Human Rights Groups question Thailand’s failure to prosecute security officers involved in Krue Se Mosque incident

The ICJ and other Human Rights groups are requesting the Attorney General to publicly explain his decision not to prosecute certain officers involved in an operation that killed 28 suspected insurgents five years ago.

The Krue Se Mosque incident has enormous symbolic importance for Thailand’s Malay Muslim population, particularly in the southern border provinces. Local perception of a lack of justice has contributed to the violent insurgency in the Deep South, which has claimed more than 3,400 lives in the past five years.

“This decision appears to contradict the findings of high level independent investigations, including by the National Reconciliation Commission, that the Thai security forces used disproportionate force and that the case should be formally pursued through organs of the justice system,” said Roger Normand, ICJ Asia-Pacific Director. “At minimum, it is incumbent on the Attorney General to provide evidence and reasoning for deciding not to prosecute the responsible parties.”

The Government of Thailand has recognized the need to prioritize respect for the rule of law, especially in high profile cases, as the basis of a just and lasting resolution to the conflict. Prime Minister Abhisit Vejjajiva has publicly stated that his government “has made it a clear policy that the key to peace in the south is justice”. Since coming to power four months ago, Government representatives have made similar commitments to national and international media.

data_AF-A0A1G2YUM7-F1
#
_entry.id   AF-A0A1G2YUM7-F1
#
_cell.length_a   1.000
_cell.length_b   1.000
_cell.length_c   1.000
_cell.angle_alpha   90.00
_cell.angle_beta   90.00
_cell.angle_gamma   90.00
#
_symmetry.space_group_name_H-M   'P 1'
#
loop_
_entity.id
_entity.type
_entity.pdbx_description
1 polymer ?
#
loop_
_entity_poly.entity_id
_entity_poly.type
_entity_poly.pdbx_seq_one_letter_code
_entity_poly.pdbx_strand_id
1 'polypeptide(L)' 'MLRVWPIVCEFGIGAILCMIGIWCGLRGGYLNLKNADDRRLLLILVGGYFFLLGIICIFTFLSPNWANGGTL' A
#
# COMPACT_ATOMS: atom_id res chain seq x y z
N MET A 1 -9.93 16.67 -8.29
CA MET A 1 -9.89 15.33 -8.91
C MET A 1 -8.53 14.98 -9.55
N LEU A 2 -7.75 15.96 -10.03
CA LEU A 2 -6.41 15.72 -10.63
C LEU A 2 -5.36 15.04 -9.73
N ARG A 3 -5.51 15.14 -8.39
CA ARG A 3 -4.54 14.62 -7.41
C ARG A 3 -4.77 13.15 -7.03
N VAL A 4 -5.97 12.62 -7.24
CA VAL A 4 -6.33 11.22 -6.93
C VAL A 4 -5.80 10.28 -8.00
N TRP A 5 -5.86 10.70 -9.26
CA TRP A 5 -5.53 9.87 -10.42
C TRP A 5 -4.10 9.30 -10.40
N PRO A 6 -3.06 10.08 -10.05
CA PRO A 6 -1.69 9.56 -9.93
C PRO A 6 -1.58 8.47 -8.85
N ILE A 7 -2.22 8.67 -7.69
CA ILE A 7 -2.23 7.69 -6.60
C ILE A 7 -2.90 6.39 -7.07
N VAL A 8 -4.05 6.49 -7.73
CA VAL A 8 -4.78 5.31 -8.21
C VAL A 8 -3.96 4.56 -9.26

The International Commission of Jurists, the Human Rights Committee of the Lawyers Council of Thailand, the Cross Cultural Foundation, the Working Group on Justice for Peace, and the Muslim Attorneys Centre are deeply concerned that the Attorney General’s decision will undermine the prospects for peaceful resolution by furthering the perception that the Government is unable or unwilling to apply the rule of law in cases of alleged violation by security forces in the Deep South.


  • The basic facts of the case are not in dispute. On 28 April 2004, 28 men armed with guns and knives attacked the Krue Se security checkpoint and then fled inside the mosque. Soldiers and police officers surrounded the mosque. In the ensuing operation, the security forces killed everyone inside the mosque.
  • After extensive investigations, the government-appointed Independent Commission of Enquiry into Facts about the Krue Se Mosque Case concluded that the use of heavy artillery constituted disproportionate force inconsistent with international standards such as the United Nations’ Basic Principles on the Use of Force and Firearms by Law Enforcement Officials. It identified high ranking officersresponsible for the operation and recommended that investigations should be pursued through organs of the justice system. In addition, the Pattani Provincial Court conducted a post-mortem inquest report and identified three ranking officers as being responsible for the killings.

Thailand-question failure prosecute-web story-2009 (full text in Thai, PDF)

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